* Warning: Image-heavy post !
Nothing like a banquet in a factory to start things off.
Some frightened, fluffy ducklings along the way.
The first of many homes we’ll visit, this one equipped with its own table tennis room.
One relative also reared pigs in a now-disused house. My mom recalled that another relative (whoops, can’t remember, maybe one of her uncles) used to live there when she was a child.
Was told that grandma’s family owns a pastry shop. We still make Teochew pastries and breads today, but on a much smaller scale as the family has branched into the more profitable business of manufacturing stainless steel kitchen cookware some years ago.
Another home, another round of tea.
More often than not, rural life in China today look more like this. Typically in villages where tourism is not a key attraction, quaint old houses still exist, though in small numbers and usually not in a good state, amid modern boxy concrete low-rises, a sign of new wealth.
Late afternoon along the Han River on the relatives’ boat.
Our relatives have a modest vegetable plot, mostly grown for their own consumption.
Almost ready for harvest, I suppose.
… I successfully worked up a good stamina and finished my share of food.
Kway chap and braised duck with tangy chilli dip, oh such lipsmacking goodness ! So it’s proven that my love of spicy dips (and coriander) does come from my Teochew heritage.
The main entrance to mom’s childhood abode.
More traces of the Communist years.
The other homecoming, my mom standing in front of the cramped living quarters where she spent her childhood in. Three generations of women – my mom, grandmother and
great-grandmother great-great-grandmother – once stayed here while my grandfather toiled away in Southeast Asia as a shopkeeper’s assistant. He eventually saved enough money to send all three of them over to Kuala Lumpur, where he was at.
A migrant worker lives here today, the space converted into a no-nonsense bedroom and a makeshift kitchen.
A virtue that still stands important in Chinese families today, so many years after the revolution. We see traces from the past, a past that my family has escaped. I can’t help but wonder what would have happened instead if they hadn’t left ? What would have become of me ?
Also, looking at the elders in the family, I wonder about what they had gone through during those tough years… things we don’t see or talk about that stay quiet behind those smiling faces.
Familiar faces from the village.
More tea !
The ancestral hall in the village may have seen better days.
No wall in Chaozhou is complete without the digital wall clock. We saw it in most living rooms. Even the ancestral hall has one too.
View from the roof of a relative’s house.
Even our relatives, who are Chaozhou locals, got lost while trying to look for the ancestral hall on my dad’s side of the family.
After stopping a couple of times and asking around, we finally found it. The ancestral hall is obviously more well-maintained than the one in my mom’s village.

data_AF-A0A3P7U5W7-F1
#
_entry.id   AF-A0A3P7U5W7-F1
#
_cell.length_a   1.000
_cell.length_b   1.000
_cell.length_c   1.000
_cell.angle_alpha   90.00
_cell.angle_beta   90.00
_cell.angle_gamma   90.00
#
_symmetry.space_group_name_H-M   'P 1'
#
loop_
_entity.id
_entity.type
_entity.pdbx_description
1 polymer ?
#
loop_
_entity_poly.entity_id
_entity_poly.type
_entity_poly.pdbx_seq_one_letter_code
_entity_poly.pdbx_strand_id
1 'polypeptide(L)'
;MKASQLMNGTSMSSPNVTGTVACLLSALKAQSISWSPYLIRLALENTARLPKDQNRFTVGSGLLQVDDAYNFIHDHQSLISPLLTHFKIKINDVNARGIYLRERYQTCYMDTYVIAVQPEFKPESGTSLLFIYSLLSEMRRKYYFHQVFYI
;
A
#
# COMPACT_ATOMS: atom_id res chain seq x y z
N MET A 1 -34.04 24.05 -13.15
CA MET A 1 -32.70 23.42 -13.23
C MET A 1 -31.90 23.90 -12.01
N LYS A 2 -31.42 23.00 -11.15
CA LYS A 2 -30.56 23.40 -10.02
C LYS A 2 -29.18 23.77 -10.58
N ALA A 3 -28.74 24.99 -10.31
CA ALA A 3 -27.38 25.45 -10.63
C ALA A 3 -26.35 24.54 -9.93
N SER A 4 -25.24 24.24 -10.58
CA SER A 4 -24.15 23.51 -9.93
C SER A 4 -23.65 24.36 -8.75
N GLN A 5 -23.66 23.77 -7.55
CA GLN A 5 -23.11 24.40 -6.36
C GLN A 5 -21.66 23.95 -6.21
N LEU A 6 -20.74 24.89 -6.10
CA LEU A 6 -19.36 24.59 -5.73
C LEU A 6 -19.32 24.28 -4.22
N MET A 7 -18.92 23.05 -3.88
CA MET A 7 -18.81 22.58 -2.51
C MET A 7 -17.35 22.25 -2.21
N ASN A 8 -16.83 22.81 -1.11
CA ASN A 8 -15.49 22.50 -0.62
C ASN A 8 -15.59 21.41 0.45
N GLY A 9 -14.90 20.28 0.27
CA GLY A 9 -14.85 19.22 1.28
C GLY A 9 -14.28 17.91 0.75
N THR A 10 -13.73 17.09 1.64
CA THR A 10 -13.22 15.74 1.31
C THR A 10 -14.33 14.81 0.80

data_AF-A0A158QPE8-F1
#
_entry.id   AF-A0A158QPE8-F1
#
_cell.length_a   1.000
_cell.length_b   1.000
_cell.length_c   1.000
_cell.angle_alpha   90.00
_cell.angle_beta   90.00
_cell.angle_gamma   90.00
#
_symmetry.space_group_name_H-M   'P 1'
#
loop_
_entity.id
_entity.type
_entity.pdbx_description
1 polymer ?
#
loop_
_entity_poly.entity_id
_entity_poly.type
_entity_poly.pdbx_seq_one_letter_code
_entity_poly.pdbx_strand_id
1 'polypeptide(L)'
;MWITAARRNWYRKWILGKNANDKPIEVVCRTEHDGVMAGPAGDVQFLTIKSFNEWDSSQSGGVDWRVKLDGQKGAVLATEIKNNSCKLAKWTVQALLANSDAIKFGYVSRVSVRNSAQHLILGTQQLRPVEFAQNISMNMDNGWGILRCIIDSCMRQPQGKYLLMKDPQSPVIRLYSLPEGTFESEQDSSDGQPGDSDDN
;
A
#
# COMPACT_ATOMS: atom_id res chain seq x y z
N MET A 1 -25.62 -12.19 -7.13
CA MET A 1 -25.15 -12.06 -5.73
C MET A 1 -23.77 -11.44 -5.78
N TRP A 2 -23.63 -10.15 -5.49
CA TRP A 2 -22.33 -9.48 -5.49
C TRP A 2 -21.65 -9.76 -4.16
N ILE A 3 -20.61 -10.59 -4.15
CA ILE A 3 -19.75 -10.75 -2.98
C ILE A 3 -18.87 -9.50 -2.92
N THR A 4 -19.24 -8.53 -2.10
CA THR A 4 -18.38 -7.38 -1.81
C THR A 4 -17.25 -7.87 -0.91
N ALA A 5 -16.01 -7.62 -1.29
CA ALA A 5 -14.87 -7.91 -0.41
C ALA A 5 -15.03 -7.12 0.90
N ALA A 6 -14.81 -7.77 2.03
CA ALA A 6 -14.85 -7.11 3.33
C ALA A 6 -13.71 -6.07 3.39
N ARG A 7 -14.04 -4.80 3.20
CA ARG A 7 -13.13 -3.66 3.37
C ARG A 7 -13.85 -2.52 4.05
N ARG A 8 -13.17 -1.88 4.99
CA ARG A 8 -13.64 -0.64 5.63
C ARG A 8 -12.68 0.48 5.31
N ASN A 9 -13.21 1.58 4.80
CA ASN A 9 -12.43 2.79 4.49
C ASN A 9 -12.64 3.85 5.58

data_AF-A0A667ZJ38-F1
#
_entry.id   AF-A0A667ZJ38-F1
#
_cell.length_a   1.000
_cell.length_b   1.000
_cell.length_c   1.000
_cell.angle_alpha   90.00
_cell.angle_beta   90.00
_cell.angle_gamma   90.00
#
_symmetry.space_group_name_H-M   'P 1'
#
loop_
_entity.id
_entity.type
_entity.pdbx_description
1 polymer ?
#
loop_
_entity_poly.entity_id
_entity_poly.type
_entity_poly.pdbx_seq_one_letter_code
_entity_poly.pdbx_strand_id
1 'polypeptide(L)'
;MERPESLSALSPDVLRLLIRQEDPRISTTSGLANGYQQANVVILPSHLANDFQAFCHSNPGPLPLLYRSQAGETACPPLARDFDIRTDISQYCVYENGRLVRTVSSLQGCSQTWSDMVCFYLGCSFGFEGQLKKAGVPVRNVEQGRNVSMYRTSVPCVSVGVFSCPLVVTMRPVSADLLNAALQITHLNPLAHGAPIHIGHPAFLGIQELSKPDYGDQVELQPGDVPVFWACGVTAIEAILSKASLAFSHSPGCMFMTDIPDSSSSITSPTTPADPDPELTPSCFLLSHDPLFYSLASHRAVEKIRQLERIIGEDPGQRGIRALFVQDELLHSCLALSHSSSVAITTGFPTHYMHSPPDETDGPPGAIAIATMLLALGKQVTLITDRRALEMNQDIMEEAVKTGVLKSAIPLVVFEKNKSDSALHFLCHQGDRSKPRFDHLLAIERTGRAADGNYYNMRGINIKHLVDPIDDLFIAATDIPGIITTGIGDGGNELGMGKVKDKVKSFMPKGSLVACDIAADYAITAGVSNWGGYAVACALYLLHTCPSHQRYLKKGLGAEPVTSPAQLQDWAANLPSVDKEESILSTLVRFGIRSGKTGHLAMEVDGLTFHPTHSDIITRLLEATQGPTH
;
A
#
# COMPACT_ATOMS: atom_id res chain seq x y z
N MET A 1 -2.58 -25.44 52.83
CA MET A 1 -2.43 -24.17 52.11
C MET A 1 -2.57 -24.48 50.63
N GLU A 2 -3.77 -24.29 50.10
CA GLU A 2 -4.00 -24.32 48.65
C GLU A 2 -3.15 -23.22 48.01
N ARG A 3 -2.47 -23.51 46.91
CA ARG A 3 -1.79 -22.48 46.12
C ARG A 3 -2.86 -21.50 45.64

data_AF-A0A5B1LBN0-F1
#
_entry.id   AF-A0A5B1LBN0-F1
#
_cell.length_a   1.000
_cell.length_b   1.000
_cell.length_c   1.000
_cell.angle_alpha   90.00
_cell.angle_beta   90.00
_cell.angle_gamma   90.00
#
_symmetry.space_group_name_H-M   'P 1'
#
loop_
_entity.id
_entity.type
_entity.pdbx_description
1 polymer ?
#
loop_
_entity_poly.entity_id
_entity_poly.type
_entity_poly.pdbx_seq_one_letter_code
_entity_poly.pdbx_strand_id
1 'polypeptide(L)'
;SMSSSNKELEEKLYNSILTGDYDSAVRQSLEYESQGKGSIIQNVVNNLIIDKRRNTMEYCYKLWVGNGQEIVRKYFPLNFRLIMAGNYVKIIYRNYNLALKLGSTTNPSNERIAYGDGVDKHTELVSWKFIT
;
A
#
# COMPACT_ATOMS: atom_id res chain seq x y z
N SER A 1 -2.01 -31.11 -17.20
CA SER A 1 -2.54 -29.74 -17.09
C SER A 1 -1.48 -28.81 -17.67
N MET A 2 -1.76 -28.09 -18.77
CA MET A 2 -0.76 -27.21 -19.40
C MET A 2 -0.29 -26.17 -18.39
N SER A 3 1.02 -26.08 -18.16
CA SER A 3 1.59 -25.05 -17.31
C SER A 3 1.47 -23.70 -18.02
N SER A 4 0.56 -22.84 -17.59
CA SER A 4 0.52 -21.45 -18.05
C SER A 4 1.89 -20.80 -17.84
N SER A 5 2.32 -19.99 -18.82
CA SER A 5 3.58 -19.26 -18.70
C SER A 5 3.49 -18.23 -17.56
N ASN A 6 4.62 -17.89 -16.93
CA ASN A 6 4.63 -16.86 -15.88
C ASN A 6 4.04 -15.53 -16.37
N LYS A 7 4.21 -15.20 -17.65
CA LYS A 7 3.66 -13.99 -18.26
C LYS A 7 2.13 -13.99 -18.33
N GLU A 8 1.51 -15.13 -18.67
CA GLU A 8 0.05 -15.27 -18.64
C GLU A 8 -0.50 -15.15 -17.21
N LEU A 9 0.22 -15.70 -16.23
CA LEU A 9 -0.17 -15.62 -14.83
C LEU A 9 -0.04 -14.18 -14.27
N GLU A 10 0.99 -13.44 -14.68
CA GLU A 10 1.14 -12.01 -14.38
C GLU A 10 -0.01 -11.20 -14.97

Unfortunately we don’t know anyone in this village.
So time was mostly spent at the ancestral hall burning paper offerings and viewing the generation poem of our clan. Yes, found ! It’s a good start… even though my sister and I don’t know which generation we belong to.
That signature stamp totally resembles a toy soldier cartoon character, doesn’t it ?
We now know we are descendants of a Northern Song scientist. It doesn’t add up though, I barely passed physics when I was in junior college.
With the old men who tend to the ancestral hall. They told us about other clan members from Thailand who made annual trips back.
Along the Han River again, mother river of the Teochews. My mom told me there was a saying about how all Teochews grew up drinking water from the Han River.
For those who may head this way, I’ll definitely recommend a walk along Chaozhou’s old city walls.
Yet again, the juxtaposition of the new and old.
From the wall, I caught sight of Lenin’s portrait, along with those of other Chinese communist leaders, on the walls of a school.
More views from the wall.
Boiled shrimps fresh from the Han River.
Our newfound big fat Teochew family !
No trip to China is complete without karaoke and here in Chaozhou, it’s serious business with makeshift machines and public singing !
Video: 556 photos shot on a Canon PowerShot G10
Music: 1991 by Crystal Castles
Guilty as charged, I haven’t been a good blogger of late as I’d been sorting through and uploading a selection of photos from a trip with my family to Chaozhou and Shantou earlier in May this year (yes, May !). So here goes, a very much overdue post featuring a fast-paced compilation of photos (actually the first of a short series, as it turns out).
Chaozhou, located in the easternmost part of Guangdong Province in China, is a city very close to my heart. It’s the hometown of my grandparents, on both sides of the family and I’m very glad to have made the trip with my family, especially with mom – it’s her first time back since she left on the slow boat to Malaysia with my grandmother and
great-grandmother great-great-grandmother 50-something years ago.
I am thankful that I now have more than just mom’s recollections to base my family’s past on. It’s been an important process getting to know my roots against the backdrop of a rapidly-developing prefecture-level city and meeting distant relatives for the first time. Photos to follow.
Wondering if anyone still buys chunlian for the Chinese New Year these days. We still see them in stores when the new year nears, so I suppose some people still do.